Friday, July 29, 2011

Food Waste Reduction

Americans in general waste a LOT of food. Usually the waste is in kitchens and homes of everyday folks. It's a big deal, and something where action by individuals can improve the situation immensely. Unlike other huge problems I won't mention.

The biggest challenge we face in my house is gracefully handling the fresh produce coming out of the garden every summer. It comes in waves, in bunches and, often it seems, right before a big trip. :-D Squash and green beans tend to be the worst, with lettuce close behind. We did lose some lettuce this spring, I had a gal at the farmers market who was desparate to get rid of lettuce and I took more than we could eat.

But, I'm happy to say, we've not let any green beans die in the fridge. Hubby can take some well deserved credit for that, as he stepped up to the canning plate and canned 4 quarts of green beans out of the garden. So far we've only had one of the summer squash go bad, and that one I think I harvested poorly and shortened it's little life. There's still a lot of summer left, but I'm really hopeful that we can keep up this streak and take full advantage of the bounty. I'm getting better about just getting it cooked, instead of waiting for that perfect recipe. We're both getting better about saying, "No, let's eat in and use up that bag of green beans."

It's not earth shattering, it's not going to save the world. But, when I know there are starving people in Africa, at least I can face myself in the mirror every morning knowing that I didn't leave perfectly good food to die in the fridge.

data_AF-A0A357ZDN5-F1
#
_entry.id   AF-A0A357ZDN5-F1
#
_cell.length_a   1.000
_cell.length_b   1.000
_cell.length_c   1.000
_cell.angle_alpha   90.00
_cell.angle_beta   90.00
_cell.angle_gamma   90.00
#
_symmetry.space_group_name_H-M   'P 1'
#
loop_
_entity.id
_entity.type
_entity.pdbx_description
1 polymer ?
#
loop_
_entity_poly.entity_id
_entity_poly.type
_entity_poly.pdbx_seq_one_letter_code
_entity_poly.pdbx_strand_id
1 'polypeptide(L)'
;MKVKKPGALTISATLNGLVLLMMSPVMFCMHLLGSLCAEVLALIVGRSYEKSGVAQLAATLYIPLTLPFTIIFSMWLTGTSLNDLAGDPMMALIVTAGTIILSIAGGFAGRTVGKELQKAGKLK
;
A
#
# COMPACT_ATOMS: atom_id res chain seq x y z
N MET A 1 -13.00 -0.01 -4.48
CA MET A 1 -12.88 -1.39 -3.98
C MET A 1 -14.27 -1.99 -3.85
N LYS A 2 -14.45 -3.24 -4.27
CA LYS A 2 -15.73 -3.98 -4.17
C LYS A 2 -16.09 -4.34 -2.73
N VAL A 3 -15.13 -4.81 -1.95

In related news, Riot 4 Austerity should be starting up August 1st. Sharon over at Casaubon's Book is leading the charge. I'm waiting anxiously for word on where the Riot will be living online.

1 comment:

Chile said...

I'm getting food in exchange for volunteering at an organic mini-farm. Often what I get is the damaged or older produce that won't sell. I don't have a problem with that since I'm great at salvage.

Today, for instance, I cut the bad spots out of half a dozen bell peppers, composted the one that had gone all the way bad, and grilled the rest to use in several different recipes.

Then I put the unblemished Asian eggplants in the oven to roast while heating water in the steamer for the blemished ones. I cut off the bad bottoms on a few, peeled all of the blemished ones, and cut them up to steam. Yes, you can steam eggplant! The roasted ones are delicious and may be used in sandwiches. The steamed ones will be used for a spicy Indian eggplant recipe this week.

You're right. It's not going to change the world, but it makes a difference in our own little corner of it. And if we can encourage others to do the same, and they do the same for others, and so on, then maybe we will change the world.